There are good reasons why work is organized around closed, self-contained organizations called “companies” and “corporations”. Nobel prize-winning economist Ronald Coase showed in his theory of the firm that there are three costs in the economy: the cost of finding talent, resources and information to create value (cost of search); the cost of getting people to work together in an efficient way (cost of coordination); and the cost of ensuring fair play and the execution of agreements (cost of contracting). These three costs tend to be much lower when something is created inside a company rather than outside.
This cost asymmetry has held true for centuries. The advent of digital talent platforms – such as Upwork, Topcoder, etc. - has lowered some of the costs of search and contracting talent; so companies are increasingly assigning work outside the organization using these new digital tools. Cognitive automation in the guise of intelligent process automation is further lowering the cost of work, by automating certain routine cognitive tasks; although companies that implement this new technology do so inside their firewalls. We are currently witnessing an evolution of the firm towards a more “agile” organization where labour costs are rationalized; and yet the essentials in Coase’s cost asymmetry remain. And so do all the other characteristics of the firm; its governance, relations with shareholders, customers and suppliers, with regulators and the society at large, etc.
All this is about to change in a most profound way. The real “revolution” – the “fourth industrial revolution” – will result in the reinvention of economic organization, away from self-contained companies and towards more distributed, leaderless, and permeable systems of human collaboration. The cause for this revolutionary transformation would be that - for the first time in human history - the three costs that Coase identified could become much lower outside the firm. Blockhain technology in combination with Artificial Intelligence will make sure of that, and here’s how:
Distributed databases capable of recording every transaction between participants (“blockchains”) set the foundations for a new economic model for creating value. Most obviously, the cost of contracting is minimized in a blockchain, since there is no longer need for a trusted third party. In addition the level of cybersecurity is increased multifold for a number of reasons, and not only because there is no longer a “single point of failure” that can be easily attacked. The cost of search is also minimized: think distributed applications running on various blockchains and returning values ranging from reputation scores all the way to digital artefacts, data, and knowledge. Using these applications one can find whatever one needs to put together whatever value chain her imagination permits. The only remaining cost to lower is the cost of coordination: and this is where AI comes into play.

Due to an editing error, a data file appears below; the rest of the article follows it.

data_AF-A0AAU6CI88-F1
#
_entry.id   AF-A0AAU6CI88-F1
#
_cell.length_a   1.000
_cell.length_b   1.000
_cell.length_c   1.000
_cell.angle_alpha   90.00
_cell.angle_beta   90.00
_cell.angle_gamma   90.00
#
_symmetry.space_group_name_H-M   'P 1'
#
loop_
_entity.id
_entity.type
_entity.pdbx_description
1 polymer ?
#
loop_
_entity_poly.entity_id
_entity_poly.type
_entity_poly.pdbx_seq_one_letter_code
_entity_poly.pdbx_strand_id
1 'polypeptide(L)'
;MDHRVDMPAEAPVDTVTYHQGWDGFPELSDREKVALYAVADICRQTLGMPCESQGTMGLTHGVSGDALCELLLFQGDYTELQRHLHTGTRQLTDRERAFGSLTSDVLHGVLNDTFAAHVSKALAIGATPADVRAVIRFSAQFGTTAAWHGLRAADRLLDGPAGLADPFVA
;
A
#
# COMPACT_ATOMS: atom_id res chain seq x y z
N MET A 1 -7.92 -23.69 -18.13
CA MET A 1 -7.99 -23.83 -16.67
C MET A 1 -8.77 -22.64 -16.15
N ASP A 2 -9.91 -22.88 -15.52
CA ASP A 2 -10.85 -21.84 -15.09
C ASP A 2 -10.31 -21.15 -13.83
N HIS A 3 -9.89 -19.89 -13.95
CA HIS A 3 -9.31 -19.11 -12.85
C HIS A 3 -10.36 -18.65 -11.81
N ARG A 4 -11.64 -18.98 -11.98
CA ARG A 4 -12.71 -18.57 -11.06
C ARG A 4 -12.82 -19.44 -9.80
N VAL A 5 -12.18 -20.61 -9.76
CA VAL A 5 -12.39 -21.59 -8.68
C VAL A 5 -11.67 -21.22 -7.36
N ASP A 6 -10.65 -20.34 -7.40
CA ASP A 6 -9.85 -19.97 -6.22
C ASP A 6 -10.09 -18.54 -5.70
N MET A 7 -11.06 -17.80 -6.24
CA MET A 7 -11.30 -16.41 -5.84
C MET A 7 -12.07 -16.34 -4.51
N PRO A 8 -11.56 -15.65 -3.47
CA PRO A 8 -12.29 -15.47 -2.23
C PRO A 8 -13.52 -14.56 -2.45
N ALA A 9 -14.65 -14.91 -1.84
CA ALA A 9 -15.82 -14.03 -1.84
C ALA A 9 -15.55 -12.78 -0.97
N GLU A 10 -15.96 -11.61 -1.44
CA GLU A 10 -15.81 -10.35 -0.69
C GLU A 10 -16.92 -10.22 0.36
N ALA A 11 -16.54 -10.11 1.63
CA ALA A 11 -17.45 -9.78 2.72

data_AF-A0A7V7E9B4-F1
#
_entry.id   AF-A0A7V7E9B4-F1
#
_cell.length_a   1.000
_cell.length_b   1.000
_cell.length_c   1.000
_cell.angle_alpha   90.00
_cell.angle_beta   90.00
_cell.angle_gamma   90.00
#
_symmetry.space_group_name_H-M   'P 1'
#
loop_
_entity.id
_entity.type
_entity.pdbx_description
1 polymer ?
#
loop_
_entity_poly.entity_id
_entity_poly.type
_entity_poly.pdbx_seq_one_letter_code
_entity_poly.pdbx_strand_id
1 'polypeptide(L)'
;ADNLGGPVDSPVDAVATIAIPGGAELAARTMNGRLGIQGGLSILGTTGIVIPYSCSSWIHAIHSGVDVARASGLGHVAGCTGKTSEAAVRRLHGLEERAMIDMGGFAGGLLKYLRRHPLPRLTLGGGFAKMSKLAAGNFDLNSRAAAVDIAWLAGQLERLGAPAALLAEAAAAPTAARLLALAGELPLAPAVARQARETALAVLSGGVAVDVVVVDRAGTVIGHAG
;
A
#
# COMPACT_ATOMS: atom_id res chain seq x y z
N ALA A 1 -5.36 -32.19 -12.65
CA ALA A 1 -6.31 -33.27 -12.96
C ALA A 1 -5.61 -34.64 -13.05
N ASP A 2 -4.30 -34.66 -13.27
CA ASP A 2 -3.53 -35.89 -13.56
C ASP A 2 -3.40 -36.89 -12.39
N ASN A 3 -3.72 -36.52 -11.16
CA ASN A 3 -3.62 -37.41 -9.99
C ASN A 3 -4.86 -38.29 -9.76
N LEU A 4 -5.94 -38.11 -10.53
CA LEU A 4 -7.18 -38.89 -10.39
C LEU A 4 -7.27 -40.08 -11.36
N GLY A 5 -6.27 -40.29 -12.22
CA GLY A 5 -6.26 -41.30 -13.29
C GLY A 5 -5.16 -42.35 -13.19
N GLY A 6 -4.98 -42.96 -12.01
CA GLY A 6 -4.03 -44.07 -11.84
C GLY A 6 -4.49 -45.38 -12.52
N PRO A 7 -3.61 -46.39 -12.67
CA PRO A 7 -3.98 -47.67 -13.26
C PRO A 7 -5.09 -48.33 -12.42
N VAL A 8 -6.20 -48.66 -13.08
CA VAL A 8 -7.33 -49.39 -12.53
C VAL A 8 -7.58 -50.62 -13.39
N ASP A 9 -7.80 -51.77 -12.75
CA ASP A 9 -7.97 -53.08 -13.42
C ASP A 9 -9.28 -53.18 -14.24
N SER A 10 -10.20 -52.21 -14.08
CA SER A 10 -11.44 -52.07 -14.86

Intelligent agents could travel across networks of blockchains and coordinate resources, execute smart contracts, and return value to the owners of those agents. Imagine for example a driverless car run by its AI. The car may be owned by a number of humans, thousands even, through ownership contracts recorded on a blockchain. The car, or rather its AI, once called to execute a ride via a distributed application, searches a blockchain to ensure that the call is legitimate, executes the ride, and returns the income it collects almost instantaneously to its owners for immediate distribution. Or think of a swarm of agricultural robots collaborating with intelligent sensors and managing efficiently, and with minimum environmental impact, farmland to produce the highest possible yields. In such a scenario ownership of the farmland, the harvest, the seeds, the robots, the sensors, the applications, and so on, could also be distributed to many thousands of humans who would be the shareholders in this new fully automated business by investing any amount of money however small.
Big corporations will not go extinct with a bang; but will probably do so with a whimper as they cease to become relevant in the emerging world of machine intelligence, distributed fully-automated businesses, and democratic human collaboration.
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